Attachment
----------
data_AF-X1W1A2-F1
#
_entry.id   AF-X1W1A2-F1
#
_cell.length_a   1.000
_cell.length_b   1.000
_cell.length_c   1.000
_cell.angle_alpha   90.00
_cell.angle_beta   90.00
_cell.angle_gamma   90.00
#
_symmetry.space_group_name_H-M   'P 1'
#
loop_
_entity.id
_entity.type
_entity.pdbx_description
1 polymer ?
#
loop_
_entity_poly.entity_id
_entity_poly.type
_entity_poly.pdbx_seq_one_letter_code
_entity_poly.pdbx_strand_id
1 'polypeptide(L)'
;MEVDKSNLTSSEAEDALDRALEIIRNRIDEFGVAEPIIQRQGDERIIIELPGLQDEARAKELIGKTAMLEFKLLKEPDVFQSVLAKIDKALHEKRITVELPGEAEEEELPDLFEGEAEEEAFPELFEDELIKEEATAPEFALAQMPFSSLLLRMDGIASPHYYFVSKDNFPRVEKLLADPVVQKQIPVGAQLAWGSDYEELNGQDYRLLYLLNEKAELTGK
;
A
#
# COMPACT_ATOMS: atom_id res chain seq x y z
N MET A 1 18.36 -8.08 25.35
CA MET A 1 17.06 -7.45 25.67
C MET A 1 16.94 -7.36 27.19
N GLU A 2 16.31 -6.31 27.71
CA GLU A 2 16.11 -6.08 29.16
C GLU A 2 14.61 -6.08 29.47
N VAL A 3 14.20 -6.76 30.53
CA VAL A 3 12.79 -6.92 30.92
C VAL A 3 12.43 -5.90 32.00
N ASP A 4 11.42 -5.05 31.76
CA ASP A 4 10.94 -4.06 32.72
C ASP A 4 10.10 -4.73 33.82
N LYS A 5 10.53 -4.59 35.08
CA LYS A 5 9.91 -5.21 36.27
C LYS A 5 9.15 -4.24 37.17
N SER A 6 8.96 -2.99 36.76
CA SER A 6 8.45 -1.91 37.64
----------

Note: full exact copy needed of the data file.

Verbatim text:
data_AF-X1W1A2-F1
#
_entry.id   AF-X1W1A2-F1
#
_cell.length_a   1.000
_cell.length_b   1.000
_cell.length_c   1.000
_cell.angle_alpha   90.00
_cell.angle_beta   90.00
_cell.angle_gamma   90.00
#
_symmetry.space_group_name_H-M   'P 1'
#
loop_
_entity.id
_entity.type
_entity.pdbx_description
1 polymer ?
#
loop_
_entity_poly.entity_id
_entity_poly.type
_entity_poly.pdbx_seq_one_letter_code
_entity_poly.pdbx_strand_id
1 'polypeptide(L)'
;MEVDKSNLTSSEAEDALDRALEIIRNRIDEFGVAEPIIQRQGDERIIIELPGLQDEARAKELIGKTAMLEFKLLKEPDVFQSVLAKIDKALHEKRITVELPGEAEEEELPDLFEGEAEEEAFPELFEDELIKEEATAPEFALAQMPFSSLLLRMDGIASPHYYFVSKDNFPRVEKLLADPVVQKQIPVGAQLAWGSDYEELNGQDYRLLYLLNEKAELTGK
;
A
#
# COMPACT_ATOMS: atom_id res chain seq x y z
N MET A 1 18.36 -8.08 25.35
CA MET A 1 17.06 -7.45 25.67
C MET A 1 16.94 -7.36 27.19
N GLU A 2 16.31 -6.31 27.71
CA GLU A 2 16.11 -6.08 29.16
C GLU A 2 14.61 -6.08 29.47
N VAL A 3 14.20 -6.76 30.53
CA VAL A 3 12.79 -6.92 30.92
C VAL A 3 12.43 -5.90 32.00
N ASP A 4 11.42 -5.05 31.76
CA ASP A 4 10.94 -4.06 32.72
C ASP A 4 10.10 -4.73 33.82
N LYS A 5 10.53 -4.59 35.08
CA LYS A 5 9.91 -5.21 36.27
C LYS A 5 9.15 -4.24 37.17
N SER A 6 8.96 -2.99 36.76
CA SER A 6 8.45 -1.91 37.64